"While I ultimately chose a private-sector plan, I also knew in 2017, ObamaCare provided an exchange that was a safety net that wasn't there before," he said. "And that's why the politics of ObamaCare in 2017 are different than in 2013. I lost my doctor and I lost my plan in 2013, and I was angry about ObamaCare, and I ran for Congress. But in 2017, as an unemployed person with a pre-existing condition, I knew ObamaCare was there as a safety net if me and my wife needed it."

Jolly apparently isn't alone in his newfound appreciation, if not love, for the 2010 law. In its latest ObamaCare tracking poll, released Friday, the nonpartisan Kaiser Family Foundation found that 51 percent of U.S. adults had a favorable opinion of the law, "the first month that favorability has tipped over the 50 percent mark since Kaiser Family Foundation began tracking attitudes on the law in 2010," while the GOP replacement plan has become increasingly unpopular, with 55 percent disapproving versus 30 percent who approve. Senate GOP leaders hope to pass their replacement plan as early as this week, after the House GOP passed its version in May.

Also on MSNBC Monday night, GOP strategist Steve Schmidt and host Chris Hayes puzzled over why Republicans are not making a public case for their ObamaCare replacement bill, with the Senate version written behind closed doors before its rush toward a floor vote. Watch below. Peter Weber

June 26, 2017

The bride carried a bouquet made of hot sauce packets, while the groom smelled of chalupas, as is expected when a couple marries inside a Taco Bell.

On Sunday, Dan Ryckert and Bianca Monda became the first people to get married inside Taco Bell's Las Vegas Cantina on the Strip. After they exchanged their "I dos," they dined on quesadillas, burritos, and some Cheesy Gordita Crunches, and toasted with their champagne flutes filled with alcohol-spiked Freezes. They then cut the cake together, a two-tiered masterpiece surrounded by Cinnabon Delights.

Starting August 7, the cantina's wedding chapel will be available to the nacho-loving public, and $600 covers an officiated ceremony, garter, bow tie, bouquet, "Just Married" T-shirts, and a 12-pack of tacos. These Taco Bell touches meant the world to Ryckert and Monda, who met online two years ago and found out early on that they shared a love of casual Mexican fast food. "It was actually one of the first conversations we ever had," Ryckert told People. "She told me that she'd pick Taco Bell over a fancy Mexican place any day of the week, and I knew then that we were going to be a great fit." Catherine Garcia

June 26, 2017
David McNew/Hulton Archive/Getty Images

Following the retraction of an article on a Wall Street financier and ally of President Trump allegedly meeting with a Russian investment fund, three investigative journalists at CNN are leaving the network.

On June 22, CNN published a story its website about Senate investigators looking into a meeting between SkyBridge Capital founder Anthony Scaramucci and an executive for the Russian Direct Investment Fund, which invests in Russian companies, the Los Angeles Times reports. Late Friday, CNN removed the story from its website, saying the article did not meet its editorial standards, and the network also apologized to Scaramucci. Scaramucci said Friday the story was false, and on Saturday, accepted CNN's apology, tweeting: "Everyone makes mistakes. Moving on."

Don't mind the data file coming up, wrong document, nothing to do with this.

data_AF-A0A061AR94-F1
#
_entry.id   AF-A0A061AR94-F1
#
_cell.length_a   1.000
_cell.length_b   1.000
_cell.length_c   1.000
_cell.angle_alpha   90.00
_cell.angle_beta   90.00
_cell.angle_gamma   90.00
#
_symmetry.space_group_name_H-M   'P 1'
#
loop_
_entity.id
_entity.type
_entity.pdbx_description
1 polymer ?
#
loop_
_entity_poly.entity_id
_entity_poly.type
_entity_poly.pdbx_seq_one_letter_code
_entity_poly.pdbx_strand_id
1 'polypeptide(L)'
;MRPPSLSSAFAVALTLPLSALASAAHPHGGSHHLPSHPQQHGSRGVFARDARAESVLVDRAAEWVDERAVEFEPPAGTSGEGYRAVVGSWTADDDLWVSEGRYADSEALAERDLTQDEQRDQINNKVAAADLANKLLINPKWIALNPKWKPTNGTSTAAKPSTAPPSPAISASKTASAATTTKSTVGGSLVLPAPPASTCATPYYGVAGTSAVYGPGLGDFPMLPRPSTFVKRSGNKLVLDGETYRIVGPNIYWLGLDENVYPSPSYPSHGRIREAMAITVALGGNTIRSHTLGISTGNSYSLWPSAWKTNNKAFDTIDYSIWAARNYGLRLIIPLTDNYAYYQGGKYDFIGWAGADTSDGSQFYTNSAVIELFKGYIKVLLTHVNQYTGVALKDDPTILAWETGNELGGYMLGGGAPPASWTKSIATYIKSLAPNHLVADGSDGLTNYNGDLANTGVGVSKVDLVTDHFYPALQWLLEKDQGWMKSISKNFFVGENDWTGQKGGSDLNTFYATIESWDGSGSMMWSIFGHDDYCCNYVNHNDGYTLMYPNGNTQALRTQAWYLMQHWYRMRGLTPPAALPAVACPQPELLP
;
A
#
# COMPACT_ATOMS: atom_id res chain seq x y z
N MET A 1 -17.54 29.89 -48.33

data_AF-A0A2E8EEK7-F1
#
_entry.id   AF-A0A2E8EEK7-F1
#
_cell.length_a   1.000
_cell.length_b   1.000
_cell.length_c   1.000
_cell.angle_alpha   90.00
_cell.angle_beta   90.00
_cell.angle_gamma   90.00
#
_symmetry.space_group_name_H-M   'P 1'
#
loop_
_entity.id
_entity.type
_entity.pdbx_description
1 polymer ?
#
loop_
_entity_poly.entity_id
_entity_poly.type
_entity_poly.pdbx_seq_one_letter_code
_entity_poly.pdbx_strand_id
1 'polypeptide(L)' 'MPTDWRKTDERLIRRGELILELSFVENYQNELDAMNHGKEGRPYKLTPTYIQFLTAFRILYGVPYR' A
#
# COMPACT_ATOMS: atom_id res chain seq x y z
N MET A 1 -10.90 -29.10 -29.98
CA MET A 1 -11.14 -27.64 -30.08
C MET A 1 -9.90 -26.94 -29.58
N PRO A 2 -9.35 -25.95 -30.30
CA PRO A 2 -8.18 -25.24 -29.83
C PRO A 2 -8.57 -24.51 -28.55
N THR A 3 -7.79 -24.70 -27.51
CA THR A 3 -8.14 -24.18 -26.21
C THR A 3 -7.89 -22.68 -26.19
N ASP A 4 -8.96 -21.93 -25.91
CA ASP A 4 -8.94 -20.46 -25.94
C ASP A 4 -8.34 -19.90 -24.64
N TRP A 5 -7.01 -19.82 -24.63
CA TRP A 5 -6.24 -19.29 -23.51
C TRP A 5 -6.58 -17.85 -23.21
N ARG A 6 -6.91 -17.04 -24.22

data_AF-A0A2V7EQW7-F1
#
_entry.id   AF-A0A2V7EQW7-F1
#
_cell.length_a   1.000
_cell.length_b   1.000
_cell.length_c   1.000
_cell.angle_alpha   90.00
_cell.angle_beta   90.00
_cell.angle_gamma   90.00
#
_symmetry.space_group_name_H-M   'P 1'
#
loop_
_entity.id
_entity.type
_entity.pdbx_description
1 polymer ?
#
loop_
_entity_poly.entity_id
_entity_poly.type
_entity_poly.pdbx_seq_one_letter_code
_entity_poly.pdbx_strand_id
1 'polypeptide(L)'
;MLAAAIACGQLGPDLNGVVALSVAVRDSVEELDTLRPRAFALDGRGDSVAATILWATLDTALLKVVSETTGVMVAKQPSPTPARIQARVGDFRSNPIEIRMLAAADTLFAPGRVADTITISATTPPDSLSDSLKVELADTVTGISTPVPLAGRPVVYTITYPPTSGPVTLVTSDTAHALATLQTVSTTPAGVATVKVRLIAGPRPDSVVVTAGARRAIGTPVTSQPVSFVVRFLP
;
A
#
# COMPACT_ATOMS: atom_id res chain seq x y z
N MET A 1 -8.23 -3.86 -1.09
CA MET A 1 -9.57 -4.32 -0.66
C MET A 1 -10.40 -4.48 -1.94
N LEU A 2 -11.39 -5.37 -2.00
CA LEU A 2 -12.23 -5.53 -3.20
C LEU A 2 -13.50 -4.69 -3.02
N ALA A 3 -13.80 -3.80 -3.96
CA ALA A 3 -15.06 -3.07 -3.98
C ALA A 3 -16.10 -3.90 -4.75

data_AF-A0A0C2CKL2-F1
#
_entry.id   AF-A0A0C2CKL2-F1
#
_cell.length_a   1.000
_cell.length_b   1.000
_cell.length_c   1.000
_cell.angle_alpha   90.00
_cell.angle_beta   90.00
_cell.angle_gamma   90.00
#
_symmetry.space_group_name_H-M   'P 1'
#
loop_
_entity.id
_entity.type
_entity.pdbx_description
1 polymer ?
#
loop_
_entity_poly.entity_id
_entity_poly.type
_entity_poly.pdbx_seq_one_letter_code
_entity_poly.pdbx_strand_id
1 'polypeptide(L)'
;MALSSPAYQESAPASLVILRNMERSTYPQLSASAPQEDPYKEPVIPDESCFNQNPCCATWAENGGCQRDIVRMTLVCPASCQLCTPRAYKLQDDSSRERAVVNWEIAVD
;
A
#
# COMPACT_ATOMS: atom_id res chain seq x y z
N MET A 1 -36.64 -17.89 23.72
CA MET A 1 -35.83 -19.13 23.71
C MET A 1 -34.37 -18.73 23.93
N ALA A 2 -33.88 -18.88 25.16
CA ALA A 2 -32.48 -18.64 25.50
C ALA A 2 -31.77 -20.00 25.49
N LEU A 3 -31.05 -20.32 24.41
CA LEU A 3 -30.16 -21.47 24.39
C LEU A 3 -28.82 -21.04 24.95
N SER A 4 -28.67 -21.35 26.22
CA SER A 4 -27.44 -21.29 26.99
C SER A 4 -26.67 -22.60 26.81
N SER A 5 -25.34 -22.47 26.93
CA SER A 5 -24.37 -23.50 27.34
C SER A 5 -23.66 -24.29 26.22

In the wake of the retraction, the article's writer, Thomas Frank, and editors Eric Lichtblau and Lex Harris have all resigned from CNN, the network announced Monday night. CNN did not say that the story was false, just that the facts were "not solid" enough for publication. Harris, who started at CNN in 2001 and oversaw the investigative unit, said in a statement CNN is a "news organization that prizes accuracy and fairness above all else. I am leaving, but will carry those principles wherever I go." Catherine Garcia

June 26, 2017
Omar Haj Kadour/AFP/Getty Images

White House Press Secretary Sean Spicer released a blunt statement Monday night about Syria, claiming the United States has "identified potential preparations for another chemical attack by the [Bashar al-] Assad regime that would likely result in the mass murder of civilians, including innocent children."

The White House says it has seen activities "similar to preparations the regime made before its April 4, 2017, chemical weapons attack." The U.S. is in Syria to "eliminate the Islamic State of Iraq and Syria," the statement continued. "If, however Mr. Assad conducts another mass murder attack using chemical weapons, he and his military will pay a heavy price." Catherine Garcia

June 26, 2017
Bradley Kanaris/Getty Images

Tennis superstar Serena Williams is not to be messed with, on or off the court.

Over the weekend, John McEnroe, while promoting his new memoir, But Seriously, told NPR he believes Williams is the best female player ever. When asked why he didn't refer to her, like others have, as the best player in the world, McEnroe responded that while she is "incredible," if Williams "played the men's circuit, she'd be like 700 in the world."

Williams waited until Monday to tweet a message right to McEnroe. "Dear John," she wrote. "I adore and respect you but please, please keep me out of your statements that are not factually based." That wasn't all; Williams went on to add, "I've never played anyone ranked 'there' nor do I have time. Respect me and my privacy as I'm trying to have a baby. Good day, sir." Williams is engaged to Reddit co-founder Alexis Ohanian, and they are expecting their first child. Catherine Garcia

See More Speed Reads